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Authors: Carolyn Hart

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Ghost at Work

BOOK: Ghost at Work
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Ghost at Work

A Bailey Ruth Mystery

Carolyn Hart

To Phil—“Side by Side” has been our song since
that sunny summer of 1957

Contents

Chapter 1

Incandescent dashes of pink and gold spangled the fluffy white…

Chapter 2

Brrr. I hadn't been cold in a long time. A…

Chapter 3

The wheelbarrow squealed as Kathleen jolted to a stop.

Chapter 4

A cuckoo clock warbled the quarter hour. No wonder I…

Chapter 5

I sat on the branch of a cottonwood and watched…

Chapter 6

I lightly touched the meshed grille as the police cruiser…

Chapter 7

I drifted deliciously between sleeping and waking, luxuriating in the…

Chapter 8

I knelt by the chimney on the rectory roof and…

Chapter 9

Judith Murdoch fingered the faux pearls at the neck of…

Chapter 10

If possible, Kathleen looked even more stricken. “You're going to…

Chapter 11

Partitions separated six cubicles. Each held a computer. Voices rose…

Chapter 12

I popped to the rectory. A lamp shone in the…

Chapter 13

I tried to be quiet as a mouse.” Bayroo sat…

Chapter 14

Father Bill picked up a small Dresden shepherd, but his…

Chapter 15

The chief sat at a circular table near his desk.

Chapter 16

Chief Cobb gestured up the hallway. “Let's find her. I'll…

Chapter 17

Cries and shouts rose. “Jan, where are you?” “Wait for…

Chapter 18

My eyes adjusted to the almost impenetrable darkness. Slowly shapes…

Chapter 19

The Rescue Express thundered into the familiar red-brick station. I…

I
ncandescent dashes of pink and gold spangled the fluffy white clouds that arched over the entrance to the Department of Good Intentions. The opening was wide and welcoming. Heaven doesn't run to doors. No one is shut in. Or shut out.

If I entered, I was committing myself to an unknown adventure. Possibly. Or possibly not. Perhaps I wouldn't be considered a worthy candidate. My natural effervescence immediately bubbled, banishing that negative thought. Of course I was a worthy candidate. I love to go and do and hold out a helping hand. I was a superb candidate.

I hurried forward even though I didn't know what to expect. Unctuous solemnity? Goody Two-shoes stuffiness? Earnest exhortations? That hadn't been my experience of Heaven. Surely the Department of Good Intentions was filled with kindred spirits eager to offer a boost up to those in need.

A wash of golden light spilled out, beckoning, encouraging, welcoming. I was drawn by the warmth, yet wary of the unknown. I had felt the same conflict of anticipation and reluctance when I was a kid at the swimming hole a few miles outside of Adelaide. I remembered the dammed-up pool with shivery delight, the water deep and cold,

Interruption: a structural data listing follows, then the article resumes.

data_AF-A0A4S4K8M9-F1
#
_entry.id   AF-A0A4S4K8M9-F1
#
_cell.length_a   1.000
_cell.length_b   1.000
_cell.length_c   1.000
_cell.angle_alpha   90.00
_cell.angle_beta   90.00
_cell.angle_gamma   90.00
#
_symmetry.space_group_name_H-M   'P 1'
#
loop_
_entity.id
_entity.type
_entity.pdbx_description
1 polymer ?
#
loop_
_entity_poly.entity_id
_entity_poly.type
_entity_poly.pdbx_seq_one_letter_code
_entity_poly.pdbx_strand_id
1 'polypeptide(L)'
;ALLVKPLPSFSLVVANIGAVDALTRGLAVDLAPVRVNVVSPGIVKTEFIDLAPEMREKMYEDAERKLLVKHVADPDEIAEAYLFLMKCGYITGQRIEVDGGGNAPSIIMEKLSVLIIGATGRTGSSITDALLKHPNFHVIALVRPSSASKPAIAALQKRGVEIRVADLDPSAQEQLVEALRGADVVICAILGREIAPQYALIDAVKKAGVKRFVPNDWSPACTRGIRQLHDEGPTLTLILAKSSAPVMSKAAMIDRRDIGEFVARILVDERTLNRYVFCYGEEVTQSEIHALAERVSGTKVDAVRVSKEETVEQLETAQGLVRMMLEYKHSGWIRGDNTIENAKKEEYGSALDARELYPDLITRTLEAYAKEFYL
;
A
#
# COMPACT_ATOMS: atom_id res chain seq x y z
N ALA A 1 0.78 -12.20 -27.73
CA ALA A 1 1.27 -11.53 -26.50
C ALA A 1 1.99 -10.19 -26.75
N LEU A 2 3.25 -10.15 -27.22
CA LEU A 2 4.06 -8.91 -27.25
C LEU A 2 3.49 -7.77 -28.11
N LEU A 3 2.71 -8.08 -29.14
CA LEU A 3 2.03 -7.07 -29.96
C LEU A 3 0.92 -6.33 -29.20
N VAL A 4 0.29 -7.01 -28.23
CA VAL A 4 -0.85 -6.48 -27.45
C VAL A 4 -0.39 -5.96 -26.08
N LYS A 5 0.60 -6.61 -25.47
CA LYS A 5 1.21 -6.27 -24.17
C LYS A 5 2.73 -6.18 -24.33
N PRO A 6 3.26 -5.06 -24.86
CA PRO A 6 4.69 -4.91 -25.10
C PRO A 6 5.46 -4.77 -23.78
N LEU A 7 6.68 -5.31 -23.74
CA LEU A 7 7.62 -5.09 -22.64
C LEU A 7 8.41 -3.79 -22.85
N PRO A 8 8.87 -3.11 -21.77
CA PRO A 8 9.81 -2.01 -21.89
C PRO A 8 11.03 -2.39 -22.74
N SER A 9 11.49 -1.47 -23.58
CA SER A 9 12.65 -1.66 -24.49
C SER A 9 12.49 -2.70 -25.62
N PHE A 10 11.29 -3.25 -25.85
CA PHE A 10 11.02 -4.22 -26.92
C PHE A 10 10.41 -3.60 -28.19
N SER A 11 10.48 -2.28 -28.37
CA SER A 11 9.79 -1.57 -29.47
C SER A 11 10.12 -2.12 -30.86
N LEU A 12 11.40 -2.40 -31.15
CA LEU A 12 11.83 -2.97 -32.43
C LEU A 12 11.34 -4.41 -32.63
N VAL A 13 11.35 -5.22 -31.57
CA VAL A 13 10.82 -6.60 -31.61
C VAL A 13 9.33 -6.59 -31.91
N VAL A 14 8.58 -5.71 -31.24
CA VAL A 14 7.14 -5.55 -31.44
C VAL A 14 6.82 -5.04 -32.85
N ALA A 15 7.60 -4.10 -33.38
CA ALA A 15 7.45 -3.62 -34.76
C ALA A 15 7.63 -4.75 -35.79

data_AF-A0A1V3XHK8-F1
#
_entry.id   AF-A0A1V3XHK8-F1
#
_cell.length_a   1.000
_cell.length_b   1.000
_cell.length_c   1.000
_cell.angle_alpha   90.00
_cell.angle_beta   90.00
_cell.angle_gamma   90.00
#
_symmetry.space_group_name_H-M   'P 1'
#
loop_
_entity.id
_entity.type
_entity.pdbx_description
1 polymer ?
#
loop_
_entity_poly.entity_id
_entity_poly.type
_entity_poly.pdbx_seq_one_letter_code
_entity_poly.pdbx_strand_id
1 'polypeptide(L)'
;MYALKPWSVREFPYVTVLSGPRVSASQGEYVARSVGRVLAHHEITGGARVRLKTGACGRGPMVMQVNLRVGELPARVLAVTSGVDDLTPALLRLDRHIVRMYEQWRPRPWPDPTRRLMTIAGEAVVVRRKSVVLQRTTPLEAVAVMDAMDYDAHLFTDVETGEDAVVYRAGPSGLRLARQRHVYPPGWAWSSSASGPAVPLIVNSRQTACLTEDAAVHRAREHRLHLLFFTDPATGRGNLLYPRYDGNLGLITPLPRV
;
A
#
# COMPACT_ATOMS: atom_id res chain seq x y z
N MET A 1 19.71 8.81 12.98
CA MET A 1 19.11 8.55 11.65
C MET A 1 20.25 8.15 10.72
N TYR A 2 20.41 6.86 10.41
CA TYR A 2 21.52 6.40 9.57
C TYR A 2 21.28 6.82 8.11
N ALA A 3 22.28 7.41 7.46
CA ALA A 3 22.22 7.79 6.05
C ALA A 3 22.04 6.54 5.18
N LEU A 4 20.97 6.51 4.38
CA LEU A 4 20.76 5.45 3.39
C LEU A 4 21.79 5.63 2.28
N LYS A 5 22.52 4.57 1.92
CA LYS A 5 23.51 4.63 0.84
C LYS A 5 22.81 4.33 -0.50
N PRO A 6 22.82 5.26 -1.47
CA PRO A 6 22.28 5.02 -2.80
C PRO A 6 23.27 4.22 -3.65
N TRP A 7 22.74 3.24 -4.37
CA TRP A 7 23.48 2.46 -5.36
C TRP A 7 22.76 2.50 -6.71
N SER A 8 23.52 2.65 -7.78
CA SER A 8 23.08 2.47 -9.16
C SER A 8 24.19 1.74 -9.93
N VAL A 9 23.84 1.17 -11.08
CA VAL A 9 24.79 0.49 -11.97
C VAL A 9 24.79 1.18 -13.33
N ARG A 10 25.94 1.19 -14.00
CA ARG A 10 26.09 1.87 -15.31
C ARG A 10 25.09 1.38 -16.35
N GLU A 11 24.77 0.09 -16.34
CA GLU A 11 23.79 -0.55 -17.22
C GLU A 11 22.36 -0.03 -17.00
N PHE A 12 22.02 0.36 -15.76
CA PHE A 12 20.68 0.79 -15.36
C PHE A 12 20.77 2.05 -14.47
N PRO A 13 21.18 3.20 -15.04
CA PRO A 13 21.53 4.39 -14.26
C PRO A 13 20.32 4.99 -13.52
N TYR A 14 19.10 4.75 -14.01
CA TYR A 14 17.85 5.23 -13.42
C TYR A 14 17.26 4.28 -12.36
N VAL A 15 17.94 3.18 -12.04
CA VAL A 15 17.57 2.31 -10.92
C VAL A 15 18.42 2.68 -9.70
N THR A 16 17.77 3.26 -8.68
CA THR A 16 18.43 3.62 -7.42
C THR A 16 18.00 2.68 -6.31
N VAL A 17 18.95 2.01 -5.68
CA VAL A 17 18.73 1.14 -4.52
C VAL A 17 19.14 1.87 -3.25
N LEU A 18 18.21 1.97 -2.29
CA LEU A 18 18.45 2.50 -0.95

shaded by majestic oaks. We clambered up the rope ladder to the top of a huge red rock, teetered on the sloping surface, scared yet eager, and took a flying leap. That plunge through air was as near to weightlessness as I ever knew. Until now, of course. The first jump was always the hardest. The shock of the icy water took your breath, turned your skin cold as ice. The thrill was worth the scare.

Could I, Bailey Ruth Raeburn, late of Adelaide, Oklahoma, take the plunge now? Certainly, if I ever, within an eon or two, intended to offer my services, it was time and time past. Time and age do not exist in Heaven, but I had the sense that Bobby Mac and I had been here quite awhile. Our cabin cruiser went down in a sudden August storm in the Gulf of Mexico. I expected much had changed since we departed the earth. If I hoped to be helpful, possibly I should volunteer while I still had some memory of earthly ways.

Our arrival here had been precipitous, but, as Scripture warns, the householder knows not the appointed hour. Dark clouds had scudded toward us. Blinding rain pelted our struggling boat. Thunder crashed, lightning blazed.
Serendipity,
our small but sturdy cabin cruiser, capsized beneath a thirty-foot wave. I'd chosen our cruiser's name. I always felt that I was in the right place at the right time, even then. Now, that's a funny thing. I'd come close to being lost at sea when I was seven. I'd been visiting my California cousins and we'd taken the excursion boat to Catalina. Ever a daredevil, I'd scooted behind a lifeboat and hung over the edge. I lost my balance and tumbled overboard. Happily for me, a brawny seaman saw me fall and raced to the railing and climbed to the top to jump after me. I'd flailed to the surface, choked and stunned. The excursion boat faded in the distance. Happily, perhaps fatefully, the sailor kept me afloat, and not long after a sailboat ran near enough to find us. I doubt I would have survived on my own.

Maybe it was full circle that Bobby Mac and I were lost at sea. Of course, our daughter, Dil, was furious with her dad and even more